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NNSA’s top-ranking supercomputing system, Sierra, is the third-fastest supercomputer in the world.
NNSA’s top-ranking supercomputing system, Sierra, is the third-fastest supercomputer in the world.

As we celebrate the 20th anniversary of NNSA, the Nuclear Security Enterprise remains at the cutting edge of advancements in science, technology, and engineering. In particular, the achievements made in the field of supercomputing have been recognized on a global level. The Top500 list, a biannual ranking of the world’s 500 most powerful supercomputers, recently identified both NNSA and the Department of Energy (DOE) for many of the top-ranking spots. NNSA and DOE have each had systems ranked on the list since 1993, the year of its inception.

Multiple supercomputers at NNSA’s National Laboratories support the stockpile stewardship mission, which ensures a safe, secure, and effective nuclear stockpile without the use of nuclear explosive testing. Allowing for assessment of the current stockpile and predictive capabilities and design work for the future, this is accomplished through highly complex simulations, which integrate modern experimental data and the legacy data gained from past explosive testing. Supercomputing resources also contribute to NNSA’s nonproliferation and counterproliferation missions.

While NNSA’s Labs have always worked on medical breakthroughs, this year the importance of the Enterprise’s computing resources have come into play specifically to combat the COVID-19 pandemic, supported by the Coronavirus Aid, Relief, and Economic Security (CARES) Act. In addition to contributing powerful systems to the COVID-19 HPC Consortium fighting the virus, Lab experts have shown significant progress in epidemiological modeling , N95 respirator mask reuse testing , and improved vaccine research .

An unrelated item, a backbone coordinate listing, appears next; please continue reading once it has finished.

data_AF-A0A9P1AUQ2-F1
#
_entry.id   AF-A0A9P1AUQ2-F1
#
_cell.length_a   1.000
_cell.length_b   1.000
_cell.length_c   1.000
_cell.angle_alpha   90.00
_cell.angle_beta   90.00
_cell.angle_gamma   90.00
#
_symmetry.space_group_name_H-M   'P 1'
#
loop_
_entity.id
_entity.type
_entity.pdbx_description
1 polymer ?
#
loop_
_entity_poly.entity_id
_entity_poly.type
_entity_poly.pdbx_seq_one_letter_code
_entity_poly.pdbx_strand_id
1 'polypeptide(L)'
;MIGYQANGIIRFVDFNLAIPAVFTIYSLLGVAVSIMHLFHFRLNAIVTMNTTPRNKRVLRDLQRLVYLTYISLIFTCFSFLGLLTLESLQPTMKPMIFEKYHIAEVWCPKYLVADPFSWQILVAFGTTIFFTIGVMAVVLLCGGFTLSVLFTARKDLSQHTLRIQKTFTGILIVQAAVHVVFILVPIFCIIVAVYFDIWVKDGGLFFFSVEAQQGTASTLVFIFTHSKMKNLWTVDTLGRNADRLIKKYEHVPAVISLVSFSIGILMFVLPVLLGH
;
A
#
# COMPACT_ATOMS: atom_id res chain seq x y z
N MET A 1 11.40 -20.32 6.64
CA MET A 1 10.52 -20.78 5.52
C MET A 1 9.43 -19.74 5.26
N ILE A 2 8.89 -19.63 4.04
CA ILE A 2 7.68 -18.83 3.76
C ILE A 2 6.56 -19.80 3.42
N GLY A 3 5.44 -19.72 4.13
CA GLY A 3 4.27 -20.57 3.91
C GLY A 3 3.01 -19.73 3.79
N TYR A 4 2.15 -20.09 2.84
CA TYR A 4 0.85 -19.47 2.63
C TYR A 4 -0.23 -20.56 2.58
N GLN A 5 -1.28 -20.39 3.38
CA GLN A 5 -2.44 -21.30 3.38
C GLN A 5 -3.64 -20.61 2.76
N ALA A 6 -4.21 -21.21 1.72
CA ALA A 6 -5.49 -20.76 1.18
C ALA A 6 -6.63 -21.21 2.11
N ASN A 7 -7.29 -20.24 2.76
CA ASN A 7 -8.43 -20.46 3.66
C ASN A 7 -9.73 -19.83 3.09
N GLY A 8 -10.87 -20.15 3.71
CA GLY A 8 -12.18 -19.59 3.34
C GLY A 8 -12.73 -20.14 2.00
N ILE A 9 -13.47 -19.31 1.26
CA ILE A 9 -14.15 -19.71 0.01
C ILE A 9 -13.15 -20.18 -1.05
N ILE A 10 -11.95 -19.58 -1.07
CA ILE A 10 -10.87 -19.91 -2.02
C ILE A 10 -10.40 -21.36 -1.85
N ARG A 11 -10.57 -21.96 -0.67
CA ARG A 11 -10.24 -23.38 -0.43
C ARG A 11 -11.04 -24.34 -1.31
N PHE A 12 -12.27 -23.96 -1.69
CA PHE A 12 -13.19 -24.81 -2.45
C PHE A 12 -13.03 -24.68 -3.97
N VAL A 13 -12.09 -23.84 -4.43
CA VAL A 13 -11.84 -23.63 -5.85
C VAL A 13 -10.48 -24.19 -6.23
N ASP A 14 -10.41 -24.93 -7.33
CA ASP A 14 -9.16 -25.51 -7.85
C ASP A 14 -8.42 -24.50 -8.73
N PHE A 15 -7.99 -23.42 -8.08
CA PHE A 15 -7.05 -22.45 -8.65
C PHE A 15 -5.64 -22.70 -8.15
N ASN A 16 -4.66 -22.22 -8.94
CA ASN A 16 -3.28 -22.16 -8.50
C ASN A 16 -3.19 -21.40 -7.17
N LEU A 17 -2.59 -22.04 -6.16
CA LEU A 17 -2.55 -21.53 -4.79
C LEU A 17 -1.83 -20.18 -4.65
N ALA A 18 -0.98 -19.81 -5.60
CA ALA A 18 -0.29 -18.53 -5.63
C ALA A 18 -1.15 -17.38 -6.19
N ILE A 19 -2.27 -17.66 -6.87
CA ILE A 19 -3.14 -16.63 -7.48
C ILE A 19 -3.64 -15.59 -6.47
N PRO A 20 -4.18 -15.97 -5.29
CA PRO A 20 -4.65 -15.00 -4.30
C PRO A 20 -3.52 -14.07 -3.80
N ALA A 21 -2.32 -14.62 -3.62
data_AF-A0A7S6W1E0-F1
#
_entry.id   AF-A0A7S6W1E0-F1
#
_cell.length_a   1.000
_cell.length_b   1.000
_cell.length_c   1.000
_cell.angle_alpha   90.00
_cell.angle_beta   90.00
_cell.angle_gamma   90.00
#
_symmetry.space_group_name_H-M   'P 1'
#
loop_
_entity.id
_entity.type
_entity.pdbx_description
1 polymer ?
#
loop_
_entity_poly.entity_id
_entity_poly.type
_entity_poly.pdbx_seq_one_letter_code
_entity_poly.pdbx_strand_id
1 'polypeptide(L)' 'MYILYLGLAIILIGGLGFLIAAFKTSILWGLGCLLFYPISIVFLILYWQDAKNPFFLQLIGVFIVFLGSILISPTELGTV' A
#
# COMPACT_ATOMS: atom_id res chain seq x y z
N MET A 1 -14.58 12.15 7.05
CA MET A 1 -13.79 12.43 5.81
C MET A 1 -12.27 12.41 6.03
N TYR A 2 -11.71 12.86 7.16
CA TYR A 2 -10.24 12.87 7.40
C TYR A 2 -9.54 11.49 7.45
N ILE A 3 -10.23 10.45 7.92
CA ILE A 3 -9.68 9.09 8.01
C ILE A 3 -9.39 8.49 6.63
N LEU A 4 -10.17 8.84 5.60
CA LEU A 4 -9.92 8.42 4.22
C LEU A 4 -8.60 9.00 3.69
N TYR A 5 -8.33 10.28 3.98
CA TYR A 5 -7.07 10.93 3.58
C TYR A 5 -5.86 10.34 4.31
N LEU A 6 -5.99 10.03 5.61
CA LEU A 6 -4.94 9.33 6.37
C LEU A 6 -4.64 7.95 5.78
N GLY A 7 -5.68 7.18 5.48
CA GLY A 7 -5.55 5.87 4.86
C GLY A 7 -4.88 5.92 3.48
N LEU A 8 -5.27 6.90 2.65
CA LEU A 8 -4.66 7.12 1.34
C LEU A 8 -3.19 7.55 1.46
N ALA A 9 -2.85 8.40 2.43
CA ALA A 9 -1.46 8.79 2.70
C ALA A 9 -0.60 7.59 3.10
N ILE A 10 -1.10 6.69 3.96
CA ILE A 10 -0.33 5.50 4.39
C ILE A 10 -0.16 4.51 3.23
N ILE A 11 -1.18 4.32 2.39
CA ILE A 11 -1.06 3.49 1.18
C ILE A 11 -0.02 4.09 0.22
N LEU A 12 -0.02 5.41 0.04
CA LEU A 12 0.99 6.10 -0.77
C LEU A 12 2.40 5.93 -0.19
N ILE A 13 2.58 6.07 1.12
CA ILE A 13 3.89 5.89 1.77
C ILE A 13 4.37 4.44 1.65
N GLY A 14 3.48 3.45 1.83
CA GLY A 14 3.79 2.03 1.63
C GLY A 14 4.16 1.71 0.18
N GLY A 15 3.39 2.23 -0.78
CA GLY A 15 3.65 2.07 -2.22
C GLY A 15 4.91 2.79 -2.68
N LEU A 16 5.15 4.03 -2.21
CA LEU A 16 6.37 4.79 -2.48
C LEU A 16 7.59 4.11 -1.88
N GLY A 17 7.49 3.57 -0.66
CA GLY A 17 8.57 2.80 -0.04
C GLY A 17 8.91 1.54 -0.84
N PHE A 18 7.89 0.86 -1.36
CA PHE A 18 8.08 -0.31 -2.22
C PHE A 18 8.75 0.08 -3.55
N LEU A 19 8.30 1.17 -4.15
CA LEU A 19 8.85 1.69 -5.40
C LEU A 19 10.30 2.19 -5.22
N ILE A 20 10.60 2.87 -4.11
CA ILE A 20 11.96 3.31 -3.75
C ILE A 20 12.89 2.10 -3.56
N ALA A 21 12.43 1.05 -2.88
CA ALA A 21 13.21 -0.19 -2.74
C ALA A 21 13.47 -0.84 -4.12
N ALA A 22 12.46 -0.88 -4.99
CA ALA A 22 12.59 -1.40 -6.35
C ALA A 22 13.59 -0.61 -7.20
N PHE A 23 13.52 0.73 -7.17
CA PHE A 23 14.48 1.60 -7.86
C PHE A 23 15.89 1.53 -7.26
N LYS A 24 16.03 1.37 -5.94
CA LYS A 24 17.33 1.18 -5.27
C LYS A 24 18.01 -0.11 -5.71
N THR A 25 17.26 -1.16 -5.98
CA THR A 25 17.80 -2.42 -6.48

The 56th edition of the Top500 list was published November 16, 2020, and NNSA’s most impressive achievement remains the Sierra supercomputer at Lawrence Livermore National Laboratory (LLNL), which holds third place worldwide for computing speed. In fact, LLNL has more systems ranked in the global top 100 list than any other institution, with Lassen in 17th place, new addition Ruby in 79th place, and Magma in 94th place. Two more computing clusters, Jade and Quartz, round out the Livermore accomplishments in 134th and 135th place.

The Trinity supercomputer at Los Alamos National Laboratory (LANL) is now in 13th place worldwide. Though it debuted in the 7th place spot only three years ago, its replacement system, Crossroads , is currently in development and scheduled for deployment in 2022. Grizzly, another LANL system, is in 449th place on the list.

Trinity, at Los Alamos National Laboratory, is the 13th-fastest supercomputer worldwide.
Trinity, at Los Alamos National Laboratory, is the 13th-fastest supercomputer worldwide.

Sandia National Laboratories (SNL) holds four spots on the Top500 list, with the Manzano system in 69th place, Attaway in 125 th, Astra in 281st and Eclipse in 486th.

With 12 high-performance computing systems achieving this international milestone, NNSA is not done shaking up the Top500 list just yet. In partnership with DOE, the biggest supercomputing project to date is currently underway at LLNL as the United States pursues exascale computing . The 2023 exascale-class system, El Capitan , will be capable of at minimum 2 quintillion calculations per second – far beyond the petascale-class systems leading the current Top500.

NNSA looks forward to another 20 years of accelerating high performance computing and strengthening our Nation through nuclear security. Learn more about our mission to maintain the nuclear stockpile here.